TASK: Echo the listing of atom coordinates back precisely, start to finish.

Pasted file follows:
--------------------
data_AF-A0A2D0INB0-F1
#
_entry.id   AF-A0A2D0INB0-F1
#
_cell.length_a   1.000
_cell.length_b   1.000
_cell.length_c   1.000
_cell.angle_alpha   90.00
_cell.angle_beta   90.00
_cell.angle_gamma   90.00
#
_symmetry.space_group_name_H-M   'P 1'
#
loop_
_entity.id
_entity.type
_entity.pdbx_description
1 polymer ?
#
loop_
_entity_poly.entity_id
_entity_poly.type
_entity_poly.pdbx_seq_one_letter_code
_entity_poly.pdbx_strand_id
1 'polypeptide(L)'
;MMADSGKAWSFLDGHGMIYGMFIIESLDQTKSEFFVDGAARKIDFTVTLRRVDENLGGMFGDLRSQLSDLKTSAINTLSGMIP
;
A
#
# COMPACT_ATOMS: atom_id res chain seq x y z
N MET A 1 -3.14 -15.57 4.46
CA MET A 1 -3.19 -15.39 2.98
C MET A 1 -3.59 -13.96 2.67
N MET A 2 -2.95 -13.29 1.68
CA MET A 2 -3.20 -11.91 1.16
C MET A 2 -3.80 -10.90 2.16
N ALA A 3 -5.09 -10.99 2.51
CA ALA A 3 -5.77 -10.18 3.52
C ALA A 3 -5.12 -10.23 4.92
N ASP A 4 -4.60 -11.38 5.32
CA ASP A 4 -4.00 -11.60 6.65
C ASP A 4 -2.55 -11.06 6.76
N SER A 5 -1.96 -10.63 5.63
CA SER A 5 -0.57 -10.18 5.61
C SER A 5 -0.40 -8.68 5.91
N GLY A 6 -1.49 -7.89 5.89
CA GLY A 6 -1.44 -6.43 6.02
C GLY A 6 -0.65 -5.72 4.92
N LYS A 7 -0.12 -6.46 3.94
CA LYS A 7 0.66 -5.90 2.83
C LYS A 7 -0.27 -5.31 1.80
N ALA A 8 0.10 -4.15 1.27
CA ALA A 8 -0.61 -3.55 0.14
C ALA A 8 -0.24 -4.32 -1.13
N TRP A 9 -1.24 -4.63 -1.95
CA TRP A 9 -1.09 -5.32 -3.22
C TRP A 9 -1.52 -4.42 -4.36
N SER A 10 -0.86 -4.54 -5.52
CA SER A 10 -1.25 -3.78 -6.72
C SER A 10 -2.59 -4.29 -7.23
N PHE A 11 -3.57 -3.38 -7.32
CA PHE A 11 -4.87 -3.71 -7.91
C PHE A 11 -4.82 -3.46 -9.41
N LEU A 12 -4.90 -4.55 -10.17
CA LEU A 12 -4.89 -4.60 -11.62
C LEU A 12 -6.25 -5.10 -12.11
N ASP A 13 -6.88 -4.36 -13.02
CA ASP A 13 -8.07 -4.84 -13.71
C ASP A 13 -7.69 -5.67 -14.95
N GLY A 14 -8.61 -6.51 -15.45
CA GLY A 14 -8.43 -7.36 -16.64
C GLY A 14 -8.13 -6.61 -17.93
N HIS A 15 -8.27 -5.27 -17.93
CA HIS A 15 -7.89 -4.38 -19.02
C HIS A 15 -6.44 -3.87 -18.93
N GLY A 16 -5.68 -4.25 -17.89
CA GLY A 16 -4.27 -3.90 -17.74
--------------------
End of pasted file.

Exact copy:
data_AF-A0A2D0INB0-F1
#
_entry.id   AF-A0A2D0INB0-F1
#
_cell.length_a   1.000
_cell.length_b   1.000
_cell.length_c   1.000
_cell.angle_alpha   90.00
_cell.angle_beta   90.00
_cell.angle_gamma   90.00
#
_symmetry.space_group_name_H-M   'P 1'
#
loop_
_entity.id
_entity.type
_entity.pdbx_description
1 polymer ?
#
loop_
_entity_poly.entity_id
_entity_poly.type
_entity_poly.pdbx_seq_one_letter_code
_entity_poly.pdbx_strand_id
1 'polypeptide(L)'
;MMADSGKAWSFLDGHGMIYGMFIIESLDQTKSEFFVDGAARKIDFTVTLRRVDENLGGMFGDLRSQLSDLKTSAINTLSGMIP
;
A
#
# COMPACT_ATOMS: atom_id res chain seq x y z
N MET A 1 -3.14 -15.57 4.46
CA MET A 1 -3.19 -15.39 2.98
C MET A 1 -3.59 -13.96 2.67
N MET A 2 -2.95 -13.29 1.68
CA MET A 2 -3.20 -11.91 1.16
C MET A 2 -3.80 -10.90 2.16
N ALA A 3 -5.09 -10.99 2.51
CA ALA A 3 -5.77 -10.18 3.52
C ALA A 3 -5.12 -10.23 4.92
N ASP A 4 -4.60 -11.38 5.32
CA ASP A 4 -4.00 -11.60 6.65
C ASP A 4 -2.55 -11.06 6.76
N SER A 5 -1.96 -10.63 5.63
CA SER A 5 -0.57 -10.18 5.61
C SER A 5 -0.40 -8.68 5.91
N GLY A 6 -1.49 -7.89 5.89
CA GLY A 6 -1.44 -6.43 6.02
C GLY A 6 -0.65 -5.72 4.92
N LYS A 7 -0.12 -6.46 3.94
CA LYS A 7 0.66 -5.90 2.83
C LYS A 7 -0.27 -5.31 1.80
N ALA A 8 0.10 -4.15 1.27
CA ALA A 8 -0.61 -3.55 0.14
C ALA A 8 -0.24 -4.32 -1.13
N TRP A 9 -1.24 -4.63 -1.95
CA TRP A 9 -1.09 -5.32 -3.22
C TRP A 9 -1.52 -4.42 -4.36
N SER A 10 -0.86 -4.54 -5.52
CA SER A 10 -1.25 -3.78 -6.72
C SER A 10 -2.59 -4.29 -7.23
N PHE A 11 -3.57 -3.38 -7.32
CA PHE A 11 -4.87 -3.71 -7.91
C PHE A 11 -4.82 -3.46 -9.41
N LEU A 12 -4.90 -4.55 -10.17
CA LEU A 12 -4.89 -4.60 -11.62
C LEU A 12 -6.25 -5.10 -12.11
N ASP A 13 -6.88 -4.36 -13.02
CA ASP A 13 -8.07 -4.84 -13.71
C ASP A 13 -7.69 -5.67 -14.95
N GLY A 14 -8.61 -6.51 -15.45
CA GLY A 14 -8.43 -7.36 -16.64
C GLY A 14 -8.13 -6.61 -17.93
N HIS A 15 -8.27 -5.27 -17.93
CA HIS A 15 -7.89 -4.38 -19.02
C HIS A 15 -6.44 -3.87 -18.93
N GLY A 16 -5.68 -4.25 -17.89
CA GLY A 16 -4.27 -3.90 -17.74